“Which is a little amazing because he’s got a very unassuming musculature to him. Because you look at his arms and there’s not a heck of a lot of mass to them, but his core is just so bloody powerful. His legs are massive and his trunk is massive, and when he gets those big muscles going it demonstrates itself in a powerful way when he collides with somebody or when he’s shooting the puck. I think it’s one of his biggest assets.”
Those assets haven’t worked up to full-speed yet this preseason, but it’s only a matter of time before the 20-year-old turns those physical attributes into points and PIMs for the B’s this season.
|09.28.08 at 6:15 pm ET|
Here’s a little baseball/hockey cross-promotional nugget given the fact that I cover both Boston baseball and hockey in my little sports journalism world. Any time there’s a Canadian on the Red Sox roster, any idle conversation I have with them usually turns to pucks at some point — and Sox left fielder Jason Bay is no different. Bay is a native of Trail, British Columbia and I naturally assumed, before talking to him about the game on the frozen sheet, that he was likely a big Canucks fan and that maybe he was a charter member of the Cam Neely Fan Club. Natural for a guy from B.C., ne-c’est, pas?
While Bay admitted his dad, David, was a Big Boston Bruins fan going back to the days of Bobby Orr and that fascination continued through the days of Neely and Ray Bourque, Jason proudly trumpeted the Hartford Whalers as his favorite team. That’s right: the Whale. Former Whalers forward Ray Ferraro is also a native of Trail, a fishing town of about 8,000 people, and all the kids in the town grew up idolizing Ferraro and therefore followed the travails of the Whale. Bay was 12 years-old when Ferraro finally shed the Green, Blue and White Whalers sweater in a trade for New York Islanders D-man Doug Crossman midway through the 1990-91 season after six plus seasons proudly donning the Whale-Tail.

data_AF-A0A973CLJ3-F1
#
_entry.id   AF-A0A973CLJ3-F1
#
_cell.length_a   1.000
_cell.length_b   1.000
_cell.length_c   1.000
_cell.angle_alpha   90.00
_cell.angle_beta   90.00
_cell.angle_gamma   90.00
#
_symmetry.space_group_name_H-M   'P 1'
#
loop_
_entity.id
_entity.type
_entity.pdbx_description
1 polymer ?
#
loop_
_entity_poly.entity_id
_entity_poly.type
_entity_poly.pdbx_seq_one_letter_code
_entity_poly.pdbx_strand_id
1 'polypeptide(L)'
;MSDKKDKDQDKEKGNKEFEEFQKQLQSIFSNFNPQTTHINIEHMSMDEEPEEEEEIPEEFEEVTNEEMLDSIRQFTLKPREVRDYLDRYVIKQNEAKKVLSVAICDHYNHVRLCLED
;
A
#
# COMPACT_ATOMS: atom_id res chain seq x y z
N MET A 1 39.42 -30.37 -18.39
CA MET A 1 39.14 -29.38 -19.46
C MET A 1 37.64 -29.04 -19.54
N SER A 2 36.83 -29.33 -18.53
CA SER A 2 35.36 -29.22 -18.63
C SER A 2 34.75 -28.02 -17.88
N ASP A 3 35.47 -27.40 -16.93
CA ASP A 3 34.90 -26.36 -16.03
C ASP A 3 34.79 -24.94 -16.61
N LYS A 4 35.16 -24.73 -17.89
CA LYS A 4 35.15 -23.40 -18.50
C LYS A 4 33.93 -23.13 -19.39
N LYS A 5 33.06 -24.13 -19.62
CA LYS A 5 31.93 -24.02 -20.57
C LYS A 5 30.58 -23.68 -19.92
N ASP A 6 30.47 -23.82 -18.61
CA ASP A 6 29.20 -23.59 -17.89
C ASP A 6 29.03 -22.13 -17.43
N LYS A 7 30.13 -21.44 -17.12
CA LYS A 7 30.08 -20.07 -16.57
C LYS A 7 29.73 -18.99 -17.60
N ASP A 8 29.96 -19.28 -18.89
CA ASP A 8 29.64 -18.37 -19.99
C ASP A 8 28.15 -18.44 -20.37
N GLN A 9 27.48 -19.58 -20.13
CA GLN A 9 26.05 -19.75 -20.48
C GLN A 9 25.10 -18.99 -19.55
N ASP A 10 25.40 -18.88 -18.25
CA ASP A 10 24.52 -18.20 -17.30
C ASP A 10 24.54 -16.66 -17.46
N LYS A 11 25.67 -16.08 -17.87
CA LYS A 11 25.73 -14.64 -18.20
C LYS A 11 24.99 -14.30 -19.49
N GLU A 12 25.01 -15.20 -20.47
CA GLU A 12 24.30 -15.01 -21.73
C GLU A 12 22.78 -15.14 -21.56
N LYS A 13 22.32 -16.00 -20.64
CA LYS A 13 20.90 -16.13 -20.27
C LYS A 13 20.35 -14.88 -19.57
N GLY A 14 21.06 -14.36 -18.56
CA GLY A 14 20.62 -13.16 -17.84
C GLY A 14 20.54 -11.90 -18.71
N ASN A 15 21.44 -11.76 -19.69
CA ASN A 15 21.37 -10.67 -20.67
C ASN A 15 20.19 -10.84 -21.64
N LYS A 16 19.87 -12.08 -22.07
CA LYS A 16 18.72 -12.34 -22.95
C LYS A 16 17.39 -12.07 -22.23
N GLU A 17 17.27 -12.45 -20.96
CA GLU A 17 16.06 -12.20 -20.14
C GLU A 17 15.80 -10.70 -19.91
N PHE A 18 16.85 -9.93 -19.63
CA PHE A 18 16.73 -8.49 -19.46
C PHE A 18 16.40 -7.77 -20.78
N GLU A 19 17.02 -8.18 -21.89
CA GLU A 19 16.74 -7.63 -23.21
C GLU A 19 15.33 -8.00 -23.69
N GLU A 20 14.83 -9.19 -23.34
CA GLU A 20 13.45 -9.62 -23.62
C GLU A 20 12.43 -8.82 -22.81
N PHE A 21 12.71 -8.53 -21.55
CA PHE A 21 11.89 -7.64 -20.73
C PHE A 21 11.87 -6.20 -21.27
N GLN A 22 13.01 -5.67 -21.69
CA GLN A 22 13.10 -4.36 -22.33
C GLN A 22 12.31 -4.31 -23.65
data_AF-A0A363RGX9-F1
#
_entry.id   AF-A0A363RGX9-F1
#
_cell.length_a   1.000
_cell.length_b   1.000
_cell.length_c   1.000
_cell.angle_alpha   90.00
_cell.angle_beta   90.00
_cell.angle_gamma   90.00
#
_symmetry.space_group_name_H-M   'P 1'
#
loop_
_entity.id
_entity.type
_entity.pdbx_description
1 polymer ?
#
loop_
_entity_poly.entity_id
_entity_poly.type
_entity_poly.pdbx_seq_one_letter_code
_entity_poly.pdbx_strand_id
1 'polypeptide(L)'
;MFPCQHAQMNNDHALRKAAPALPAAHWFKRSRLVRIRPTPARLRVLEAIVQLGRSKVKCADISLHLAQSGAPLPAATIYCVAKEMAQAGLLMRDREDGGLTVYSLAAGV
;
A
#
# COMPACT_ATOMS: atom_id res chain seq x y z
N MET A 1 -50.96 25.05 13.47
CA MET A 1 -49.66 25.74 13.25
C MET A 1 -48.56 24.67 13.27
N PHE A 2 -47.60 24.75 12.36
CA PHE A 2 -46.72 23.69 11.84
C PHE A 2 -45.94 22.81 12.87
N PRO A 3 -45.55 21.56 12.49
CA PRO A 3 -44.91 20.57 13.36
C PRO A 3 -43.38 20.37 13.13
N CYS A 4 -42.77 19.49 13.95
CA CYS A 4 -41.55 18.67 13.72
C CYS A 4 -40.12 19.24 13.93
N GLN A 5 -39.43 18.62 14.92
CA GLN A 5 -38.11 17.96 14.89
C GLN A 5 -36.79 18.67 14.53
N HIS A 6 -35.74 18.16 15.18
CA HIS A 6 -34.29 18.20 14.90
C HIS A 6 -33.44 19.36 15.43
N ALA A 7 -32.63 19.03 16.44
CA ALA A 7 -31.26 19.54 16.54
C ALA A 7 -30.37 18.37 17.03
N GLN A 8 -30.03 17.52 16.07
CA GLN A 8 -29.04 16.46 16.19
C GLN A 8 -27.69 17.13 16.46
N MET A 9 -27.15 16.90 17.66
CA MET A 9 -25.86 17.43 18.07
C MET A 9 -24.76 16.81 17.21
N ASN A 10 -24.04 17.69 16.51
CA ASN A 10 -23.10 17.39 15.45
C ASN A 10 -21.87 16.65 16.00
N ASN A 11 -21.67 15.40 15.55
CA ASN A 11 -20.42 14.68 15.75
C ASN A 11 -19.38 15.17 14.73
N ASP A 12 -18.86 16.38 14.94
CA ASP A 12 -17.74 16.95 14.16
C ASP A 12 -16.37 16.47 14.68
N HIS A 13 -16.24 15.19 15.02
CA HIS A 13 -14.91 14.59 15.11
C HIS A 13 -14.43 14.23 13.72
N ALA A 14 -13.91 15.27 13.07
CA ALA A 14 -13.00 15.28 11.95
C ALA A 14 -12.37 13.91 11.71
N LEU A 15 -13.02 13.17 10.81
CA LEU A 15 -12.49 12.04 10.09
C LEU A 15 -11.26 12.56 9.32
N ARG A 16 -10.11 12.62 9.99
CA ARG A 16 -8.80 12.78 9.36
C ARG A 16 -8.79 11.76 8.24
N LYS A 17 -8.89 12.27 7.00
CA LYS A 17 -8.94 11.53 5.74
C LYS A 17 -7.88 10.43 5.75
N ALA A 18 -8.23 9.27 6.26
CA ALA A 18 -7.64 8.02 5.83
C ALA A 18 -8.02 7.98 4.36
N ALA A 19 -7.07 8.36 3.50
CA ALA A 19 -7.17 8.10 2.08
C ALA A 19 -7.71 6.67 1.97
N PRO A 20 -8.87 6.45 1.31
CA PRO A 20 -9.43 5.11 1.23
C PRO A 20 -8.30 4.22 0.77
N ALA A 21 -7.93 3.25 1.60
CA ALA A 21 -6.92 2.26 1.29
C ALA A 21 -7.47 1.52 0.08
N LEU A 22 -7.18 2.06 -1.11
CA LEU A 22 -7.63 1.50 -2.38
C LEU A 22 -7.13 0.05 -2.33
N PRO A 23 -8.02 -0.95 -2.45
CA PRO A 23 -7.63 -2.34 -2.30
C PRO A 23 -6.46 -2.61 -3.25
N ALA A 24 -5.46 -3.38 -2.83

“Trail is a pretty small place and Ray was having some of his big years with Hartford when I was growing up, so just about everybody in my hometown was a Whalers fan,” said Bay, who is also lifelong friends with Edmonton Oilers center Shawn Horcoff. “What is that song they play at the games…Brass Bonanza? Yeah, I got a kick out of that the first time I heard them playing it at Fenway Park.”
Bay never made it cross-country to the Hartford Civic Center for a game before the Whale morphed into a Hurricane, but he is hoping to get to a Bruins game at some point this season before returning home to Canada for the off-season. So if you happen to see a random Ray Ferraro Whalers sweater at a B’s game this winter, look a little more closely to see if it’s British Columbia’s best baseball player.
|09.27.08 at 5:31 pm ET|
A few hockey thoughts after watching the Bruins fall by a 4-3 score to the Washington Capitals in their first home game of the hockey exhibition season:
*Blake Wheeler is the real hockey deal and there doesn’t seem to be any way to keep the 22-year-old